Learn more from Michael in his session, “Sustainability: The Strategic Imperative” at PD Nexus: Business and Innovation Insights on Dec. 7.
Meeting present and future needs
Sustainability is defined as meeting the needs of the present without compromising the ability of future generations to meet their own needs. It encompasses climate change, biodiversity, social movements, inequality, and health and wellness. It may be called “ESG,” “responsible investing,” or “sustainable investing.” These labels refer to the incorporation of environmental, social, and governance (ESG) considerations into investors’ portfolio decisions.
Creation and role of the ISSB
The IFRS Foundation created the International Sustainability Standards Board (ISSB) in November 2021 with a mandate to establish uniform sustainability-related disclosure standards that provide investors with information about ESG risks and opportunities. Business leaders and accounting professionals must respond and adapt, incorporating sustainability into their strategic planning, operations, supply chains, and reporting across all lines of business and geographical segments.
The ISSB announcement coincided with the United Nations (UN) 26th Conference of the Parties (COP26), the annual meeting of the signatories to the UN Framework Convention on Climate Change. It follows decades of efforts by governments, NGOs, and businesses to push sustainability, dating back to the 1987 UN Report “Our Common Future.” Sustainability – previously called corporate social responsibility (CSR) – gained momentum with the 1992 Earth Summit, the 1997 Kyoto Protocol, and the 2000 Millennium Summit that created the UN Sustainable Development Goals. At COP21 in 2015, governments committed to revised targets for the reduction of greenhouse gas emissions under the Paris Agreement. The COVID-19 pandemic, #BlackLivesMatter, and #MeToo movements have also fueled this movement.
The ISSB is a merger of two non-profits, the Climate Disclosure Standards Board (founded in 2007 and run by CDP) and the Value Reporting Foundation (VRF). The VRF was created in 2021 from the merger of two non-profits, the International Integrated Reporting Council (founded 2010) and Sustainability Accounting Standards Board (founded 2011). The consolidation of these reporting entities under the ISSB reflects the demands from investors for a comprehensive global baseline of high-quality sustainability disclosure standards.
The market’s role
The sustainability agenda is also market driven. Institutional investors are pushing standard setters, governments, regulators, and businesses. These investors are coordinated by UN Principles for Responsible Investing (PRI), the Taskforce for Climate Related Disclosures (TCFD), and many consortiums that have made Net Zero 2050 pledges. Asset managers and banks are coordinating engagements, demanding disclosure, sponsoring votes at annual general meetings, and pressuring companies directly and indirectly. Across verticals, leading firms will be rewarded, and laggards will be punished by markets, banks, rating agencies, and other stakeholders.
With rapid change ahead, it’s time to get on board
The ISSB timetable is rapid relative to past accounting changes. The ambition is to complete the necessary institutional and technical standard-setting work to establish the core elements of the global baseline by the end of 2022.1 At its October 2022 meeting, the ISSB voted to proceed with the proposed requirement for an entity to disclose its absolute greenhouse gas emissions (Scope 1, 2 and 3).2 This news coincided with the COP27 meetings in Sharm El Sheik, Egypt, where climate scientists announced the goal of limiting global warming to +1.5℃ was out of reach due to the accumulated carbon in the atmosphere.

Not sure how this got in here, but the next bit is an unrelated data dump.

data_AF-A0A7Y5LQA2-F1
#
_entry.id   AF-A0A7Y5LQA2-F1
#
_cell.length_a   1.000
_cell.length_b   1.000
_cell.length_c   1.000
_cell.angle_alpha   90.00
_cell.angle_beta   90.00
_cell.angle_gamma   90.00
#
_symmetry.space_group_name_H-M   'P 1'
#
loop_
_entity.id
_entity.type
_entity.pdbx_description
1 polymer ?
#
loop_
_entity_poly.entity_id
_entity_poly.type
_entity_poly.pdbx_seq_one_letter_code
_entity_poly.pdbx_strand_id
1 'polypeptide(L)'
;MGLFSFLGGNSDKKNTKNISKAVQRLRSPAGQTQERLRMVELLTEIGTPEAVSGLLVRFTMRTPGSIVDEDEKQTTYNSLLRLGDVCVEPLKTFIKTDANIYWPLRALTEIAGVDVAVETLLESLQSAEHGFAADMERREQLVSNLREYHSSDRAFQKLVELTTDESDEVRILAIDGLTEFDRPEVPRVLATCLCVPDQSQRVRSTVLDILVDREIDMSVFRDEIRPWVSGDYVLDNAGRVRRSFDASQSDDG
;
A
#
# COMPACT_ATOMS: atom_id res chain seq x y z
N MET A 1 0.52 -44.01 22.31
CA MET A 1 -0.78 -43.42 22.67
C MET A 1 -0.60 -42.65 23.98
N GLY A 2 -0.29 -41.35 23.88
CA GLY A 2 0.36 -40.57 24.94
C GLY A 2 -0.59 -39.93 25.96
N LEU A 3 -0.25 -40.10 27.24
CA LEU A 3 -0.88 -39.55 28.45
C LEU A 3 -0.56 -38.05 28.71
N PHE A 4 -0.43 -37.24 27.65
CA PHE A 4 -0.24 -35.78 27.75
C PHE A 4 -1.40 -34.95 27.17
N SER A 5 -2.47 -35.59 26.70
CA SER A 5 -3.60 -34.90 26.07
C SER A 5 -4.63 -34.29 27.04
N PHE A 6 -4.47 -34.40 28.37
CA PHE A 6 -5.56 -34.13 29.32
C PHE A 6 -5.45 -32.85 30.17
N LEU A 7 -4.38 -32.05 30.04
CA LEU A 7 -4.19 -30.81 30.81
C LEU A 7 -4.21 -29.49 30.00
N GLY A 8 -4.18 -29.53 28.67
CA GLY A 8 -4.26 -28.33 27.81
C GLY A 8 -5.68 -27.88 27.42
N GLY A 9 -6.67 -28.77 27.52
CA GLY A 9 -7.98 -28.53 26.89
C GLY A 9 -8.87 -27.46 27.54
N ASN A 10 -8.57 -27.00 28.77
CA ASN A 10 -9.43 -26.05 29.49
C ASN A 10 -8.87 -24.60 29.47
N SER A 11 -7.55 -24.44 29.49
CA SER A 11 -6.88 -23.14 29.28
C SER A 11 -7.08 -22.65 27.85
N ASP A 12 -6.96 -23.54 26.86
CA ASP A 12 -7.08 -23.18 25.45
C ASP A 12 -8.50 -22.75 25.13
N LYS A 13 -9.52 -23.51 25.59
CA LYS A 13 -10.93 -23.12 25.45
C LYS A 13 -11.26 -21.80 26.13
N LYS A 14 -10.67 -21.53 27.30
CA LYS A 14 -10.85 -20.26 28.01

Mandated sustainability reporting is a paradigm shift. It is changing how investors value companies through ESG integration. It is changing how senior executives run their businesses and communicate strategic objectives. It is changing how consumers, employees, communities, and other stakeholders view businesses. And it will dominate financial and accounting discussions for years to come. If you haven’t already, it’s time to get on board.
Michael R. King, PhD, CFA, is an associate professor and Lansdowne Chair in Finance at the Gustavson School of Business at the University of Victoria.
1 IFRS Foundation, “Path to global baseline: ISSB outlines actions required to deliver global baseline of sustainability disclosures”, May 18, 2022.
2 This proposal is contained in Exposure Draft IFRS S2 Climate-related Disclosures. The IFRS Foundation, “ISSB Update October 2022”, accessed Nov 11, 2022.
In Other News
Last year, rapid inflation resulted in the fastest interest rate increase in a generation. While investment in the province remained resilient in 2022, there are signs high interest rates are slowing capital expenditures and weakening our economic outlook.
While inflation remains well above the Bank of Canada’s 2% target, it continues to slow both provincially and nationally. In March 2023, overall prices in BC rose by 4.7% in BC and 4.3% in Canada compared to March 2022, the slowest rate in BC since February 2022. In comparison, BC’s annual inflation rate was 6.2% to start this year and peaked at 8.1% last May.
According to BC Check-Up: Invest, an annual report by the Chartered Professional Accountants of British Columbia (CPABC) on investment trends across the province, there were 43,106 housing units started in 2022, down slightly from the 43,360 started in 2021.
Starting in early 2022, central banks around the world began to increase interest rates to combat inflation, resulting in significant and quick successions of interest rate increases. As of the writing of this article, the Bank of Canada’s (BoC) key interest rate stands at 4.5%, up from 0.25% at the start of 2022.